"Don't you love the way the wind shakes."
Bob Sward's Writer's Friendship Series
Need to Know
14: The Double Issue
13: Free Form
12: The Necessary Ear
11: The Necessary Eye
Issue 10: Out on a Limb
Issue 9: The Missing Body
Issue 8: The Lily
Issue 7: Passages
Issue 6: No More Tears
My Father's War
Twilight again in the lettuce patch,
my father inside his trailer . . . he sprinkled
dried blood over loose black loam, placed
sheet metal sails like random scratch,
fenced emerald leaves so that even God
could not sigh without jingling a bell
in hell. But still they stole,
the rabbits, gray against false light,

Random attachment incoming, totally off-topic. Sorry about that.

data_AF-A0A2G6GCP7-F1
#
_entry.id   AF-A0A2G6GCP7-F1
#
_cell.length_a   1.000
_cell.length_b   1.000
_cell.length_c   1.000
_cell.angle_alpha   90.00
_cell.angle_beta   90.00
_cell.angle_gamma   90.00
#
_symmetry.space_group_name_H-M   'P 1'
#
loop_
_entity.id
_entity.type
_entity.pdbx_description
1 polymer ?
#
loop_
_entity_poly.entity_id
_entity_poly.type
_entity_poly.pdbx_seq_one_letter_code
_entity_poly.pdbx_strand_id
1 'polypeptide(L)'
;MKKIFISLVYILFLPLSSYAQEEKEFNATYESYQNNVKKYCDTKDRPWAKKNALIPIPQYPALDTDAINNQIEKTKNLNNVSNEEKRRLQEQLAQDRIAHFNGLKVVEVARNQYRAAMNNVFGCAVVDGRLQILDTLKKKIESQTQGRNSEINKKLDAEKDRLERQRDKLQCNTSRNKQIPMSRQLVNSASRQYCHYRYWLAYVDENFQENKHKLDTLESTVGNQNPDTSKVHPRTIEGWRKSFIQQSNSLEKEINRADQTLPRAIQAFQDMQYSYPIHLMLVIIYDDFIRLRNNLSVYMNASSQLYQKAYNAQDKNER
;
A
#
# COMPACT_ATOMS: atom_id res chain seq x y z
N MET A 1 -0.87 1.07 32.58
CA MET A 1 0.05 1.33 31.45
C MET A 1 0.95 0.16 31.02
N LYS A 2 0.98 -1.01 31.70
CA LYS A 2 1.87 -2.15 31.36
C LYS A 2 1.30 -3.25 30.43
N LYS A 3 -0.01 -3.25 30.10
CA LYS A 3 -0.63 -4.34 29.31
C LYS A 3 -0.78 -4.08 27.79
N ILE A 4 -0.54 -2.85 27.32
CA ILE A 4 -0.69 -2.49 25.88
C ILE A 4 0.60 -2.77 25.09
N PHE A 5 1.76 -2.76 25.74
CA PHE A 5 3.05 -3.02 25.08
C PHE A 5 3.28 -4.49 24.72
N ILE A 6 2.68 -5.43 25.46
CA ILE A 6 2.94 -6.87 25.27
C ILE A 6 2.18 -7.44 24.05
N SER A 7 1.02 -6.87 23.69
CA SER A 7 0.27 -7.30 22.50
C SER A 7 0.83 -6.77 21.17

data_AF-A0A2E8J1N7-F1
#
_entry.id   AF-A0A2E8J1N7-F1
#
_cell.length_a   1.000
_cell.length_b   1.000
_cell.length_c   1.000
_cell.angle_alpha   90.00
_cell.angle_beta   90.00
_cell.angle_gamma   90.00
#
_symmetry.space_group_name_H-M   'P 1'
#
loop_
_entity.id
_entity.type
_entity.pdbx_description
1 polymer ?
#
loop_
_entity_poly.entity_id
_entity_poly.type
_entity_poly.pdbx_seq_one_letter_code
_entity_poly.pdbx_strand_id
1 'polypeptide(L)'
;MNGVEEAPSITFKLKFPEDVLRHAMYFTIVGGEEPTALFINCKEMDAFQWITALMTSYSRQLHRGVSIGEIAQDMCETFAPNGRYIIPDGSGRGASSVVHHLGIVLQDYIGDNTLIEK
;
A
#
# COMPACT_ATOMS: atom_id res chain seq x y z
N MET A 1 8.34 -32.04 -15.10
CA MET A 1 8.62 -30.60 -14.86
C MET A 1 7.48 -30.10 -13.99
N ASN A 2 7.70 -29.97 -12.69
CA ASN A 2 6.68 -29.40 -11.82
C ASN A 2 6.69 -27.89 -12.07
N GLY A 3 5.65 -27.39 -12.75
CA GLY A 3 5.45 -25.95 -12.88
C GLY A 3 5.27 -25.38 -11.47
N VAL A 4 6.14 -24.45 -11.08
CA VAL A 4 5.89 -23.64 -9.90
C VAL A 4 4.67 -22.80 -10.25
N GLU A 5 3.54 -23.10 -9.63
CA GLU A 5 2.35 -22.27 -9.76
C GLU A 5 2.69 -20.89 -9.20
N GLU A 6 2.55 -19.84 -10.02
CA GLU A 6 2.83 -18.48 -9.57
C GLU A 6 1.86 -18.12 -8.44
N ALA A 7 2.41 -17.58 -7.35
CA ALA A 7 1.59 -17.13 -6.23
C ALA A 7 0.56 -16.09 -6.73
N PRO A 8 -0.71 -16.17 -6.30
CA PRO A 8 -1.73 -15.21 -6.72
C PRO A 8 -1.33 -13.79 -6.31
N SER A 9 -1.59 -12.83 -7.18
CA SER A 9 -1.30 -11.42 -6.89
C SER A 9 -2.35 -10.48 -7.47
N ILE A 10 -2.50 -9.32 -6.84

flat land the shape of a hand grenade,
possession only a thumb's width if you held
it up, as he did, looking out expelling
each living thing, but not for long by a long
shot, not the hare of good desire,
not the long long might of trembling wire.
--after James Merrill
A squirrel, no three or four, race among
two ragged oaks and the composition roof
next door -- I sometimes watch with
forward leaning, the euphemism our
Secretary of Defense used yesterday to
explain one method of torture. In this
case, let light shine into the body,
shaft of air and water -- it's time
to leave, to come and go
till clarity of language visits.
Sometimes there's scratching in the wall;
sometimes there are red scarves checking
the branch. What is that clicking,
now making its way into the skull,
now so lulled the ferret salutes like a tongue.
Don't you love the way the wind shakes.
No real wind would raise a hand.
Filaments float by
as if the mind invented them.
A lawn chair tips over,
succumbs to pressure